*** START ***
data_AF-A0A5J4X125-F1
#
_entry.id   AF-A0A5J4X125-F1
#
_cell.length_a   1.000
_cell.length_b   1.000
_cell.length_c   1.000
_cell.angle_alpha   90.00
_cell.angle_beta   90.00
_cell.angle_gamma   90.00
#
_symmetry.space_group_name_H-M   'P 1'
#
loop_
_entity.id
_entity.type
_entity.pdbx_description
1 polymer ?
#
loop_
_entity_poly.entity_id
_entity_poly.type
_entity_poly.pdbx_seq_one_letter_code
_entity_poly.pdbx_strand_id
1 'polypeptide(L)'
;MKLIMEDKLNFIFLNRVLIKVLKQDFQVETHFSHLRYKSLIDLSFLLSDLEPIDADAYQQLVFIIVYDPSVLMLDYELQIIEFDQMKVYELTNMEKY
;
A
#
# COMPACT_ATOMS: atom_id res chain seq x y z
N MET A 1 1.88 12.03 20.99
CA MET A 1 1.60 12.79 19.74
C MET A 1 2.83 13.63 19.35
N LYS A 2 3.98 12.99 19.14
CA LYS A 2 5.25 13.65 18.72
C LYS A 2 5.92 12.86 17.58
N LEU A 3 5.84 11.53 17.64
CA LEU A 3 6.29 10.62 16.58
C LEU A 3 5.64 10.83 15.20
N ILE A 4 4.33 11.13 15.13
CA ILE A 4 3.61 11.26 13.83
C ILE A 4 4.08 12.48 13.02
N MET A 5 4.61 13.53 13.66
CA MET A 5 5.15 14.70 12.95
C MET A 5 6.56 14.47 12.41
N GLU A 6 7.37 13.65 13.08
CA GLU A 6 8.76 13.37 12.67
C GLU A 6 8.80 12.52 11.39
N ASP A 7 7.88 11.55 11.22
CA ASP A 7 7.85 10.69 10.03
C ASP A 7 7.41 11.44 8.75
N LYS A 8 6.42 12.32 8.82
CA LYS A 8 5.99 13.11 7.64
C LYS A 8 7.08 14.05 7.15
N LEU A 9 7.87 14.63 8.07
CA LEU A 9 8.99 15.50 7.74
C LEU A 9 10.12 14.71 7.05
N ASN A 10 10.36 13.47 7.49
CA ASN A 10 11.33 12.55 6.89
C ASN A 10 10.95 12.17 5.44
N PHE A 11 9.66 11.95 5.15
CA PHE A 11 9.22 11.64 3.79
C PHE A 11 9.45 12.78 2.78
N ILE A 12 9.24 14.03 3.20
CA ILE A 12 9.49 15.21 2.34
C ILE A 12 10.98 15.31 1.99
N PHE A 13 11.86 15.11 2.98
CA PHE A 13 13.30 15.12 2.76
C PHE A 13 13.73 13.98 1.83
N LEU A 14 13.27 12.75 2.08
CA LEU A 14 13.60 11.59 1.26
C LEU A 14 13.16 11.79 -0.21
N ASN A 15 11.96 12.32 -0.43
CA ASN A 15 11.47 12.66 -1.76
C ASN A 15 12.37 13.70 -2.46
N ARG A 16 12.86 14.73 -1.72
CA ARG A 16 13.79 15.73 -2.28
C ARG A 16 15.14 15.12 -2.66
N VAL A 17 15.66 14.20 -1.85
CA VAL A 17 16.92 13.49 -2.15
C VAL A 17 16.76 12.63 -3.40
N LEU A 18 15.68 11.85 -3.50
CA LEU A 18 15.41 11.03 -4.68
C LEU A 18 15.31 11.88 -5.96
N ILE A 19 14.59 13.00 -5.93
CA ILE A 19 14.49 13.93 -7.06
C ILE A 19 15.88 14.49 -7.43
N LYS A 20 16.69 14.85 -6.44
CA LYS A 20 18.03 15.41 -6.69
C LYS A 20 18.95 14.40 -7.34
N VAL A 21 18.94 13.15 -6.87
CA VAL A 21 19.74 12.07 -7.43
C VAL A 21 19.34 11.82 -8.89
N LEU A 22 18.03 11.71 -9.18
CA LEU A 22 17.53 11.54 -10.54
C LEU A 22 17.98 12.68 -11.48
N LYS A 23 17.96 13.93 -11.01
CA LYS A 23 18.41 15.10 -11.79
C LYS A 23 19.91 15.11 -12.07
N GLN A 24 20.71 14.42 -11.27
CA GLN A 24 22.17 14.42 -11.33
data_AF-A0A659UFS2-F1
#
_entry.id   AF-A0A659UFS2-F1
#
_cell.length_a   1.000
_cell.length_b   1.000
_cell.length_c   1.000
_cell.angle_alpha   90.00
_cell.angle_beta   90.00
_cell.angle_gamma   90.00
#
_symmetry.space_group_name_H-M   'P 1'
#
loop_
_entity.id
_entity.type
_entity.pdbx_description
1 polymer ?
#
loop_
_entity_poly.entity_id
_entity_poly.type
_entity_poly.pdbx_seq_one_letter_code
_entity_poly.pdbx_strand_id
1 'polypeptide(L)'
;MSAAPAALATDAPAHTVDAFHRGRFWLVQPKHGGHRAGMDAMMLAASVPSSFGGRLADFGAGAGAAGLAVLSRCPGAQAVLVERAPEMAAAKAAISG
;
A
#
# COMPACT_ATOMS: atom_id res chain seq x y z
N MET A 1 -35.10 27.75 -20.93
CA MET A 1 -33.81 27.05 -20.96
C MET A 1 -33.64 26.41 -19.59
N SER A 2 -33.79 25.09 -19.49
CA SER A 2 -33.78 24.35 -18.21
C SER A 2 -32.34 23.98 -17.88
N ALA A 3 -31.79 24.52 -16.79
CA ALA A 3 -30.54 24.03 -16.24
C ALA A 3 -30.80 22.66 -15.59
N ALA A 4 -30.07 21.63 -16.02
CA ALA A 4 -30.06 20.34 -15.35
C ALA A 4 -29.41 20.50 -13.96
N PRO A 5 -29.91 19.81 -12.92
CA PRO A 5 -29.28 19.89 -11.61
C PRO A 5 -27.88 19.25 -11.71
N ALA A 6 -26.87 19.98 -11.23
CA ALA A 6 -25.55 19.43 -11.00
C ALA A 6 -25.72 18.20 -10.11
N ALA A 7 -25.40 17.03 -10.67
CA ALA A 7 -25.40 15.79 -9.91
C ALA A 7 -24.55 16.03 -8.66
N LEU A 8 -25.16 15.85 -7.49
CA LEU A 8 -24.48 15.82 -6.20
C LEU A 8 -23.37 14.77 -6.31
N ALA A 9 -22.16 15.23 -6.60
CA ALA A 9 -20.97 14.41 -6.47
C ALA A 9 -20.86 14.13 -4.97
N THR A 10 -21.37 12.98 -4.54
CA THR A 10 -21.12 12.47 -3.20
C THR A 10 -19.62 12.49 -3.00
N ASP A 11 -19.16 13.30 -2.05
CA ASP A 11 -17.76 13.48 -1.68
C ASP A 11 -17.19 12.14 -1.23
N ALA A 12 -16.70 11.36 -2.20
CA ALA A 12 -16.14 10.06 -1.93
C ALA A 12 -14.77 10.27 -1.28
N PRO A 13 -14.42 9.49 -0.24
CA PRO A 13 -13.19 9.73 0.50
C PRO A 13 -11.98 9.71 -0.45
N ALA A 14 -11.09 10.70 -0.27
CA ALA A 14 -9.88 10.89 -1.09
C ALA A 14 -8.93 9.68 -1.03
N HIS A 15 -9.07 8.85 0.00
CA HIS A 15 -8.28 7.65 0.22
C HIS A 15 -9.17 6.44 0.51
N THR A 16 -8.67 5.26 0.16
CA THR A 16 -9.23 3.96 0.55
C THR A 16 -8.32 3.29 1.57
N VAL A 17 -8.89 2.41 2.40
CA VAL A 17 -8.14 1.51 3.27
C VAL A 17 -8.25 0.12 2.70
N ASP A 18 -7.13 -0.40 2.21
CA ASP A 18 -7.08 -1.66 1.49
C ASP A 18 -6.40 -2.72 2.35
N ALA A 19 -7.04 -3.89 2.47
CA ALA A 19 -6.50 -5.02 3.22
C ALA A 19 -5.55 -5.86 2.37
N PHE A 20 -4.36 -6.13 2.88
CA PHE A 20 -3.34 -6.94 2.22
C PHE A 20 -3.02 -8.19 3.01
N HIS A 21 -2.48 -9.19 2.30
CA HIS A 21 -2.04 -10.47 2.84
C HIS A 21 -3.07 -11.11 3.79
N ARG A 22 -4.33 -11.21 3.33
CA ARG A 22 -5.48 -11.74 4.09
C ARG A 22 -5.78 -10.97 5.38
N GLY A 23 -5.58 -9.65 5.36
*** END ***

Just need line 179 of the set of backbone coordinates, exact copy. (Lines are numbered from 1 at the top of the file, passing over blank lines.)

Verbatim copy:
C THR A 16 -8.32 3.29 1.57